My boss gleefully shared her plans for our yearly team event in our biweekly meeting. “I purchased a Groupon for a paint-and-sip event at the Open Arts Studio.” My coworkers perked up.
Although I’m artistically dysfunctional and fear being outed for lack of skills, many others love spending some time painting on canvas while taking a nip. Paint and sip events are trendy and a popular way for people to spend a night out on the town, for groups of coworkers to do something outside the office together, or even a different sort of date night.
There are a few different paint-and-sip operations in town, but while recently visiting with Open Arts Studio co-owner Lucy Armstrong, she shared how they differentiate themselves from other paint and sips. “We’re different because we offer more than wine while painting. We started the Art House Cafe to complement our Pouring Picasso events. Our customers can choose from a full menu, not just appetizers.”
So while you get your canvas, instructions on how to paint and your first glass of wine included in the wine and paint experience, you can also order appetizers, desserts or even dinner to go with the experience.
Art Doesn’t Just Mean Painting
John and Lucy Armstrong created the Open Arts Studio after the accountant in her convinced the artist in him to think beyond providing children’s voice lessons in the basement. In 2005, they opened an art school that catered to children.
Today the studio offers instruction to all age groups. Pottery, drawing, painting, guitar, violin, viola, cello, piano and vocal lessons are on the menu for adults and children alike, as well as parties and after-school children’s programs and spring and summer camps.
John (artist, professional actor and trained opera singer) teaches most of the children’s programs. His students refer to the 6’8” teacher as “Big John.” The art school currently employs five other instructors who teach drawing, painting, ceramics and guitar. Such talent has found them through promotional flyers, Craigslist and word of mouth.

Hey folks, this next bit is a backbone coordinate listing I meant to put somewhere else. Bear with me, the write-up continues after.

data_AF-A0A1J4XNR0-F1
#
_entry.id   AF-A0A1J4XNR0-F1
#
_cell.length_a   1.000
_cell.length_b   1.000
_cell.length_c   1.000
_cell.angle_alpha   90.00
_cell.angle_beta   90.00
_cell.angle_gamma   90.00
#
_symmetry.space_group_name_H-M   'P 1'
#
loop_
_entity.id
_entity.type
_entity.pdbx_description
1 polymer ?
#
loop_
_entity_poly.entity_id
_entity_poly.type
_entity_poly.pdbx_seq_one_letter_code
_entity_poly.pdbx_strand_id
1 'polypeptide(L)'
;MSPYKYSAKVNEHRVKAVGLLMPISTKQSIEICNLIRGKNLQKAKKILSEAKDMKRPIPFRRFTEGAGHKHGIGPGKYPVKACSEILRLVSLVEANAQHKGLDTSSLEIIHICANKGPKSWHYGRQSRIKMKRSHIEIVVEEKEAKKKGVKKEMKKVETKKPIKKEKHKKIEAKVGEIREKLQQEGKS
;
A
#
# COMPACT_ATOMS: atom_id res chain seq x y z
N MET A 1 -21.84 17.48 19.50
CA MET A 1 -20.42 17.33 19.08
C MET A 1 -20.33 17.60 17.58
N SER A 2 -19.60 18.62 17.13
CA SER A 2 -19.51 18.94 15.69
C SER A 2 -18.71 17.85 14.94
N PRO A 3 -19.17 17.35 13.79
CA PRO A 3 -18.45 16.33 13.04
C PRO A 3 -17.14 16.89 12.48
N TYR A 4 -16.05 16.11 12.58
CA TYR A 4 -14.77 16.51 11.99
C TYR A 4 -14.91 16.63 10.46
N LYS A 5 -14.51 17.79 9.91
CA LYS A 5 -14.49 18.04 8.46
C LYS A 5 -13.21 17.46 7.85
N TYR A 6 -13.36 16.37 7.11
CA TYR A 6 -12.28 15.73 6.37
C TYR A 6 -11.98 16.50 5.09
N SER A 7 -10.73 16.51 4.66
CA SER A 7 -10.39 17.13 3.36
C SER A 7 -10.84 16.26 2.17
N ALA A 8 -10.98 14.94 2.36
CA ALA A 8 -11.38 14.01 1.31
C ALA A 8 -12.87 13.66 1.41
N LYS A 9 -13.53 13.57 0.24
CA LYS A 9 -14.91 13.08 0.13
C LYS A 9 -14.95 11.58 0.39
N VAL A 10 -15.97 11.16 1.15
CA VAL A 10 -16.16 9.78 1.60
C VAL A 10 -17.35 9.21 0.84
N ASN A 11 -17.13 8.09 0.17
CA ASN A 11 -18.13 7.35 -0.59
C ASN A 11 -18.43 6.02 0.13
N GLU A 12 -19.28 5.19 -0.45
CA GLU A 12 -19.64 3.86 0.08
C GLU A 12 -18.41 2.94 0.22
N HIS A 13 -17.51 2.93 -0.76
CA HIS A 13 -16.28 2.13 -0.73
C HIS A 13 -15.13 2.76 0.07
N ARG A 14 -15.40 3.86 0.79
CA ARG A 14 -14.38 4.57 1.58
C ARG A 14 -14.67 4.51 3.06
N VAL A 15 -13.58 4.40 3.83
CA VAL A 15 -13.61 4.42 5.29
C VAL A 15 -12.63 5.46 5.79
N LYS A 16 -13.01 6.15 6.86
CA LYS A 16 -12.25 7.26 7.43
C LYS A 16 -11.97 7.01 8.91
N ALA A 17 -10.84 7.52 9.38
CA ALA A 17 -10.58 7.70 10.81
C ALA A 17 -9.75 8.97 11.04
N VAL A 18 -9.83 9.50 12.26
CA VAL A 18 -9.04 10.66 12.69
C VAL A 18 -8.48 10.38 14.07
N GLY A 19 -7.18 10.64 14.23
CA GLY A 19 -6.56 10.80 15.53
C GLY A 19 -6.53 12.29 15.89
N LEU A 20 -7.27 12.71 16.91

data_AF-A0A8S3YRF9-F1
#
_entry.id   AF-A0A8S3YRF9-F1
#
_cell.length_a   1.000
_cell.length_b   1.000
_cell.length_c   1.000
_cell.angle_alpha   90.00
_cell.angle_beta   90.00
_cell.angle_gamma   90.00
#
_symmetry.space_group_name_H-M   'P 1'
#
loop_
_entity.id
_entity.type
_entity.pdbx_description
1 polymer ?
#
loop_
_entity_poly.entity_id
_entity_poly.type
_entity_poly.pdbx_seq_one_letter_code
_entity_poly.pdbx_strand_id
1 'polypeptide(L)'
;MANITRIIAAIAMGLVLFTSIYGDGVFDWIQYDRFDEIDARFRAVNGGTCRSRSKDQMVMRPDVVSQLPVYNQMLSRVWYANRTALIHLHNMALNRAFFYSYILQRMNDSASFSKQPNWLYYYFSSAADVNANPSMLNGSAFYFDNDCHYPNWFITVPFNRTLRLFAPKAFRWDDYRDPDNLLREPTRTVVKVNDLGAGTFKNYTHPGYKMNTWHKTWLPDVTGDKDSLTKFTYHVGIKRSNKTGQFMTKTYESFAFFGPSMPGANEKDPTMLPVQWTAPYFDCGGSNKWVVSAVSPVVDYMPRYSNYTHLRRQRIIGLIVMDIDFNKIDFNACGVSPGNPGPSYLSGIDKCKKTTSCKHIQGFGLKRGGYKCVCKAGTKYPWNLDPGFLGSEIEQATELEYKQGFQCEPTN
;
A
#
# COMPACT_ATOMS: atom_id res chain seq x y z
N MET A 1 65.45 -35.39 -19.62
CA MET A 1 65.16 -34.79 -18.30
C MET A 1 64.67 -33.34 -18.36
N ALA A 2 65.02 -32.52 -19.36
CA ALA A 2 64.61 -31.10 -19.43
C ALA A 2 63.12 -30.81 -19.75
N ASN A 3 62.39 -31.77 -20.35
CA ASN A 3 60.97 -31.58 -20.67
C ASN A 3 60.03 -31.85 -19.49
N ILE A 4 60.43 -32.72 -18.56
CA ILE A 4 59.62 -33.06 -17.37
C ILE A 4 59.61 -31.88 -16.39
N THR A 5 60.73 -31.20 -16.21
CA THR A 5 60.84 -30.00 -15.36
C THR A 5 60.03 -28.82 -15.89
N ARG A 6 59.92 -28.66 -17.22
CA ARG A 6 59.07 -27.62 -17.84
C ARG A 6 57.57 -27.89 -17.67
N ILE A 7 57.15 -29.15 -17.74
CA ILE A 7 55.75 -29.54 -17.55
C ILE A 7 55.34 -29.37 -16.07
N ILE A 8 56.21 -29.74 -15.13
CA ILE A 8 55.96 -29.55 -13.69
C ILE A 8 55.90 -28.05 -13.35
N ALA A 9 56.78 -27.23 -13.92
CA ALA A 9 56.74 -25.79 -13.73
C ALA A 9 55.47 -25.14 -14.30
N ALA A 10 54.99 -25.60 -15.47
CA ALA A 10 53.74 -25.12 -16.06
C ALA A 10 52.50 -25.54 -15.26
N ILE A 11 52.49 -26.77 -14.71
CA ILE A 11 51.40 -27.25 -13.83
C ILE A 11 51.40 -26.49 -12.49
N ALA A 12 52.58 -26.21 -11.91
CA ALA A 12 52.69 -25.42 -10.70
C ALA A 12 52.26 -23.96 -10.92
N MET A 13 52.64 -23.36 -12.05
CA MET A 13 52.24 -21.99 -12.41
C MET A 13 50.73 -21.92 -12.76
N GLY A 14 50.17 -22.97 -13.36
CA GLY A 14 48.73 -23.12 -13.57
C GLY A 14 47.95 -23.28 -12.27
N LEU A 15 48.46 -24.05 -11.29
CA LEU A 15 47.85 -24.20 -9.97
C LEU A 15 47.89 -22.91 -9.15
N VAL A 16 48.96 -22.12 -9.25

“Artists often find us,” says Lucy. “Being an artist doesn’t typically provide an affluent or even comfortable lifestyle. Teaching what they love is one way artists make their lives more comfortable.”
Open Arts is an employer and promoter. Artists can sell their work at the studio or have it featured on the restaurant’s walls. Lucy also displays students’ work on the back of the restaurant menus.
Food is Art
After the tea shop next door went up for sale, John and Lucy purchased the space to expand into the art of food – The Art House Cafe. This concept allowed them to pair entrees and wine with painting classes, plus serve as a stand-alone restaurant and mini art gallery. The two businesses blend well, giving them a competitive edge.
The Art House Cafe is Lucy’s baby just as the art school is John’s. The interior and exterior design provide a European feel with plenty of light and outdoor seating that works from breakfast through dinner. The walls feature local artists’ work, many of which are employees.
The menu theme is defined as from-scratch American cuisine. Everything is made from scratch except the balsamic reduction, which burns the eyes to prepare. When they opened in 2013, most of their dishes had a French twist. Current focus is Northwest cuisine – dishes made from local, fresh ingredients. A perfect example is their Butternut Squash Pizza made from a unique palette of flavors (squash puree, onions, gorgonzola cheese and sriracha cashews) that is surprisingly fabulous. French influences remain though. The Brioche Croque Madame sandwich made from natural smoked ham, parmesan cream and gruyere cheese is still a customer favorite.
“Anyone can contribute to the menu if the dish is good,” says Lucy. Menus change quarterly and reflect Lucy’s, her staff’s and customers’ tastes. For example, the Captain Travis Omelet (sausage, red onion, Kalamata olives, spinach, cheddar cheese and mushrooms served on a bed of rosemary potatoes) was added after a loyal customer repeatedly requested they prepare this special concoction for him.
Also on the menu are cooking classes, private events and fresh baked loaves of bread, which will be sold at the Proctor and Broadway farmers markets this season.
Combining food and art are great ways to satiate your stomachs and souls. Give it a try. Engaging your olfactory senses just might give you a burst of creativity and artistic courage.
Open Arts Studio and Art House Café are adjacent to each other at 109 Tacoma Avenue North (Open Arts Studio) and 111 North Tacoma Avenue (Art House Café). For more information, give them a call at 253-272-9033 (Open Arts) or 253-212-2011 (Art House).